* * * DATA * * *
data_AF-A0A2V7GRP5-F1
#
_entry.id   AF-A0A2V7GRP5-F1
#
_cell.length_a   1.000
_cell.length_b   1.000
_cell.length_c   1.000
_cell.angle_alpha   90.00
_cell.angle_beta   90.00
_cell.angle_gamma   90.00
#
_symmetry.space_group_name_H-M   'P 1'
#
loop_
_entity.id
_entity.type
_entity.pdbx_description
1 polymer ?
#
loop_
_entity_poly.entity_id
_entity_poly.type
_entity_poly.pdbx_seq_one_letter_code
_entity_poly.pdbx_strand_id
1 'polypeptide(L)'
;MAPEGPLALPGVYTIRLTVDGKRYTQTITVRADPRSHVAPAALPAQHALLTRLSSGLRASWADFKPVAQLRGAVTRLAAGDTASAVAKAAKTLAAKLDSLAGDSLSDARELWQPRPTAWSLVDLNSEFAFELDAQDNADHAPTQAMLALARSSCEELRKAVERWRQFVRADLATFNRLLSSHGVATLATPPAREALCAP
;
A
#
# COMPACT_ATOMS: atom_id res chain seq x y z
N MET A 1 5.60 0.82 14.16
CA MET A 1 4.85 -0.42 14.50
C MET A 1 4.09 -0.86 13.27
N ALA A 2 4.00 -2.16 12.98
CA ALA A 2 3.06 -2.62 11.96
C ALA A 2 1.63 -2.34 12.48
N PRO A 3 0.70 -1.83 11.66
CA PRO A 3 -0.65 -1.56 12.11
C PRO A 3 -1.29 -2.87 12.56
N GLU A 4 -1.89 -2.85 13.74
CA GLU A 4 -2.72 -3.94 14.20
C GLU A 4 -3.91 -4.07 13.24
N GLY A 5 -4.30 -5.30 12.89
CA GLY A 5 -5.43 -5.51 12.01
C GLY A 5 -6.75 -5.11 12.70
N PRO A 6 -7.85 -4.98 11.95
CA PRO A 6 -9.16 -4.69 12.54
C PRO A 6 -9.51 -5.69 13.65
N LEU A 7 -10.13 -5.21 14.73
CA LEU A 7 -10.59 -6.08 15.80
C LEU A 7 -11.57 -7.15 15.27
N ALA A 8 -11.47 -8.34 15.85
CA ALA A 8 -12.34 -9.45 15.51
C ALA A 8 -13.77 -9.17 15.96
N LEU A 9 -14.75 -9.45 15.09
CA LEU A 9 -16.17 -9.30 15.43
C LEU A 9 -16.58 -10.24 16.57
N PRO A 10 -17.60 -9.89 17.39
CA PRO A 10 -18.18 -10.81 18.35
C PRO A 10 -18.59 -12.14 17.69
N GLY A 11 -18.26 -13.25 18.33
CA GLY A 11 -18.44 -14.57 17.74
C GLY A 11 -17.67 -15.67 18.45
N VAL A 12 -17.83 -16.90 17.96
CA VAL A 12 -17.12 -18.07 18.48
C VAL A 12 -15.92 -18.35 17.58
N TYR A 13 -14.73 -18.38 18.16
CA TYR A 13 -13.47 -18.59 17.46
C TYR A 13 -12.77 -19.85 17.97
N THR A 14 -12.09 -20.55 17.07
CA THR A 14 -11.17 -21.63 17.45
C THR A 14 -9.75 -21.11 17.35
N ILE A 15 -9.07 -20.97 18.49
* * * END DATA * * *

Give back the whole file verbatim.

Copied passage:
data_AF-A0A2V7GRP5-F1
#
_entry.id   AF-A0A2V7GRP5-F1
#
_cell.length_a   1.000
_cell.length_b   1.000
_cell.length_c   1.000
_cell.angle_alpha   90.00
_cell.angle_beta   90.00
_cell.angle_gamma   90.00
#
_symmetry.space_group_name_H-M   'P 1'
#
loop_
_entity.id
_entity.type
_entity.pdbx_description
1 polymer ?
#
loop_
_entity_poly.entity_id
_entity_poly.type
_entity_poly.pdbx_seq_one_letter_code
_entity_poly.pdbx_strand_id
1 'polypeptide(L)'
;MAPEGPLALPGVYTIRLTVDGKRYTQTITVRADPRSHVAPAALPAQHALLTRLSSGLRASWADFKPVAQLRGAVTRLAAGDTASAVAKAAKTLAAKLDSLAGDSLSDARELWQPRPTAWSLVDLNSEFAFELDAQDNADHAPTQAMLALARSSCEELRKAVERWRQFVRADLATFNRLLSSHGVATLATPPAREALCAP
;
A
#
# COMPACT_ATOMS: atom_id res chain seq x y z
N MET A 1 5.60 0.82 14.16
CA MET A 1 4.85 -0.42 14.50
C MET A 1 4.09 -0.86 13.27
N ALA A 2 4.00 -2.16 12.98
CA ALA A 2 3.06 -2.62 11.96
C ALA A 2 1.63 -2.34 12.48
N PRO A 3 0.70 -1.83 11.66
CA PRO A 3 -0.65 -1.56 12.11
C PRO A 3 -1.29 -2.87 12.56
N GLU A 4 -1.89 -2.85 13.74
CA GLU A 4 -2.72 -3.94 14.20
C GLU A 4 -3.91 -4.07 13.24
N GLY A 5 -4.30 -5.30 12.89
CA GLY A 5 -5.43 -5.51 12.01
C GLY A 5 -6.75 -5.11 12.70
N PRO A 6 -7.85 -4.98 11.95
CA PRO A 6 -9.16 -4.69 12.54
C PRO A 6 -9.51 -5.69 13.65
N LEU A 7 -10.13 -5.21 14.73
CA LEU A 7 -10.59 -6.08 15.80
C LEU A 7 -11.57 -7.15 15.27
N ALA A 8 -11.47 -8.34 15.85
CA ALA A 8 -12.34 -9.45 15.51
C ALA A 8 -13.77 -9.17 15.96
N LEU A 9 -14.75 -9.45 15.09
CA LEU A 9 -16.17 -9.30 15.43
C LEU A 9 -16.58 -10.24 16.57
N PRO A 10 -17.60 -9.89 17.39
CA PRO A 10 -18.18 -10.81 18.35
C PRO A 10 -18.59 -12.14 17.69
N GLY A 11 -18.26 -13.25 18.33
CA GLY A 11 -18.44 -14.57 17.74
C GLY A 11 -17.67 -15.67 18.45
N VAL A 12 -17.83 -16.90 17.96
CA VAL A 12 -17.12 -18.07 18.48
C VAL A 12 -15.92 -18.35 17.58
N TYR A 13 -14.73 -18.38 18.16
CA TYR A 13 -13.47 -18.59 17.46
C TYR A 13 -12.77 -19.85 17.97
N THR A 14 -12.09 -20.55 17.07
CA THR A 14 -11.17 -21.63 17.45
C THR A 14 -9.75 -21.11 17.35
N ILE A 15 -9.07 -20.97 18.49